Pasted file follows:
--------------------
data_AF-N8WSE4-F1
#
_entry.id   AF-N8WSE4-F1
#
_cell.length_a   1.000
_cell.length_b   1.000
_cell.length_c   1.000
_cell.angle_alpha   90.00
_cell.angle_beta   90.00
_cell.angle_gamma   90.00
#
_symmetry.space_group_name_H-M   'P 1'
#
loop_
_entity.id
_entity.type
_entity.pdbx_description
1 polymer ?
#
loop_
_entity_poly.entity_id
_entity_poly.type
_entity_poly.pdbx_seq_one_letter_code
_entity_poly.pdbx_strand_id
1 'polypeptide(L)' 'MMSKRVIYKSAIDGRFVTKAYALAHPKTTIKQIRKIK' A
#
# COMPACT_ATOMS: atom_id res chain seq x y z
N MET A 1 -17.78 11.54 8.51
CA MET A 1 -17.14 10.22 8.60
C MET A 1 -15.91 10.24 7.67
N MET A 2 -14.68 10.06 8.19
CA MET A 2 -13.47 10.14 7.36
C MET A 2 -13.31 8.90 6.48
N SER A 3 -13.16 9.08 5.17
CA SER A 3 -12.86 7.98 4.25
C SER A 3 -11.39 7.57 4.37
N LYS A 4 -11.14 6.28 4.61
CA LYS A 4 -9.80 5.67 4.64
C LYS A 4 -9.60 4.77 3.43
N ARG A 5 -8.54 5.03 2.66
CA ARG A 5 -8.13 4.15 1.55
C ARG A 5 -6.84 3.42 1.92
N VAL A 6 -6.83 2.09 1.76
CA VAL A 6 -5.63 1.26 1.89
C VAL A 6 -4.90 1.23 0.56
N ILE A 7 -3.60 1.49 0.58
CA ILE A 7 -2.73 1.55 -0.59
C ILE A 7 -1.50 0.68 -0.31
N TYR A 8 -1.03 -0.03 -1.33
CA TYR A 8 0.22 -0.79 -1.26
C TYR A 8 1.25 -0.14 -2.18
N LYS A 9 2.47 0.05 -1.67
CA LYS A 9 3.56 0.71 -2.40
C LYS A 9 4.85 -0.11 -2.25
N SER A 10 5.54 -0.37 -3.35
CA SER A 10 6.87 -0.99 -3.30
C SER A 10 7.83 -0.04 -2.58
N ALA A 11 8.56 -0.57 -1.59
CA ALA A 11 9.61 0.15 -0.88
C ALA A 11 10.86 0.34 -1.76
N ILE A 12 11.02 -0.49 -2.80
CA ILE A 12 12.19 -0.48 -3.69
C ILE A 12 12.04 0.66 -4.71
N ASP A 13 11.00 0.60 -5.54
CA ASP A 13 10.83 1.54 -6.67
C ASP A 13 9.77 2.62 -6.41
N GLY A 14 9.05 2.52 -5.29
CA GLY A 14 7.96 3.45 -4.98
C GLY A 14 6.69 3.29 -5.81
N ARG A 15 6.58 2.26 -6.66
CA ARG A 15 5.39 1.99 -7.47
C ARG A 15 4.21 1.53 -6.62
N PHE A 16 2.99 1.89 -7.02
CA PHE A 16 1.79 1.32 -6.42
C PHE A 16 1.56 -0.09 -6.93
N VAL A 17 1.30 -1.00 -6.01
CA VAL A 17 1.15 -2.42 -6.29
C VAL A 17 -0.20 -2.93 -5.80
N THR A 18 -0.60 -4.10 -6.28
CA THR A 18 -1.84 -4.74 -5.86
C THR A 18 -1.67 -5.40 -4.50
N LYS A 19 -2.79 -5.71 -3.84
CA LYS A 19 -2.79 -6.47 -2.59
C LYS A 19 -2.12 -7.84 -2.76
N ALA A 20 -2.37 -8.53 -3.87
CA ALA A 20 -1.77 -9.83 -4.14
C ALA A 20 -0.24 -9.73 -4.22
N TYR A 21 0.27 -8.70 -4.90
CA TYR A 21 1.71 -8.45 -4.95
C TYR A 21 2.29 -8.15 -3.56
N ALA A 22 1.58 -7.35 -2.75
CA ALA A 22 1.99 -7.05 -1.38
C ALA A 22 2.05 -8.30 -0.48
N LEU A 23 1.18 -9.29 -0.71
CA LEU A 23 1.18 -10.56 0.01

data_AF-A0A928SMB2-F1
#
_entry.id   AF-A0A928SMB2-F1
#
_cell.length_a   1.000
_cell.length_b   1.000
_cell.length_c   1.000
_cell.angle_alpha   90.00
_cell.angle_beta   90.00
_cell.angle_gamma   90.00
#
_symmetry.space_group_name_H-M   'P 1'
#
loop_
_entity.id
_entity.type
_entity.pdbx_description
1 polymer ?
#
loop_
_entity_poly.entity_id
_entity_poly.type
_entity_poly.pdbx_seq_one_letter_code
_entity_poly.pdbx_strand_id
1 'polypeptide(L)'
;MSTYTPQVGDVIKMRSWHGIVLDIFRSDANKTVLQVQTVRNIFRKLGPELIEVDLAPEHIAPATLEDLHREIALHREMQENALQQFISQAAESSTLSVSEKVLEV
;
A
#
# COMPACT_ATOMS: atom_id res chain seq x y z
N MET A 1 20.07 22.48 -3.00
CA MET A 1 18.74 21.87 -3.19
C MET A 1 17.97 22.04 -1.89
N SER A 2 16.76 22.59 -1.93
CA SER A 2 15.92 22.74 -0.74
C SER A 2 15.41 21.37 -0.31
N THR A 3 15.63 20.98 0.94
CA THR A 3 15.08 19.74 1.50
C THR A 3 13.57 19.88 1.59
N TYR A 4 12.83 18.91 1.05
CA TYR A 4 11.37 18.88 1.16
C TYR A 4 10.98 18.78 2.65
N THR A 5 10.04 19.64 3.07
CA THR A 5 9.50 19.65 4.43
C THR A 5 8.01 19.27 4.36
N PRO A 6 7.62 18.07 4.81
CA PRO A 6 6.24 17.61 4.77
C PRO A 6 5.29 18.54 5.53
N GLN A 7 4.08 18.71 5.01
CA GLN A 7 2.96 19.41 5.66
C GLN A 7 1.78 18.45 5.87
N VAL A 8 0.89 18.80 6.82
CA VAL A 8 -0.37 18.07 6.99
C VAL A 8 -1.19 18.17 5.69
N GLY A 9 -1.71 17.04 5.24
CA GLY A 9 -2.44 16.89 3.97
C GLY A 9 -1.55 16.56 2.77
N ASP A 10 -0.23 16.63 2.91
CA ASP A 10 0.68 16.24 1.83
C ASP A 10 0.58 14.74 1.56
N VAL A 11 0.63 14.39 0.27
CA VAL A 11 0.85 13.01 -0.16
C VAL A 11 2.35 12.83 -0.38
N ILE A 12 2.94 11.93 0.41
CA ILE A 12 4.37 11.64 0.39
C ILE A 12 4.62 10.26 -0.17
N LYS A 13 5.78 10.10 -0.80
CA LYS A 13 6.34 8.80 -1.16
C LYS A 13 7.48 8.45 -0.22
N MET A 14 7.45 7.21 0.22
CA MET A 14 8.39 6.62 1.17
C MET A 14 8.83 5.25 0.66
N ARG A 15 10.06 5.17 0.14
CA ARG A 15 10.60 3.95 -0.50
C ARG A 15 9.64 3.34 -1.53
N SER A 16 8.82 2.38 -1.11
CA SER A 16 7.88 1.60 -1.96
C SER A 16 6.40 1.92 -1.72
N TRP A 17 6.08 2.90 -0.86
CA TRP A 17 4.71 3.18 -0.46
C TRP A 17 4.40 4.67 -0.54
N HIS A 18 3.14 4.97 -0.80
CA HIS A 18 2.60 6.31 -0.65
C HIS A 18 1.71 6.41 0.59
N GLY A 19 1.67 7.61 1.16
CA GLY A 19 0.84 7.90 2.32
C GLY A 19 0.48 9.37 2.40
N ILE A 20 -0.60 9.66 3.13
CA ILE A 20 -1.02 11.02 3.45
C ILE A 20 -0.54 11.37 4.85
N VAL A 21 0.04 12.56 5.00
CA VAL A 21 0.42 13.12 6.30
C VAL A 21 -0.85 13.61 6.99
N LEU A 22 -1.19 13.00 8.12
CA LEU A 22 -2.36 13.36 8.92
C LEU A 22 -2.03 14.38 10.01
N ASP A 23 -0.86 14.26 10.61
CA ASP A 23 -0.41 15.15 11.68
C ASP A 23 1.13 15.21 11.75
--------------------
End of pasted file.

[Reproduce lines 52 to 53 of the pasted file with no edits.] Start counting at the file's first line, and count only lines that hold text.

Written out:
N LYS A 9 2.47 0.05 -1.67
CA LYS A 9 3.56 0.71 -2.40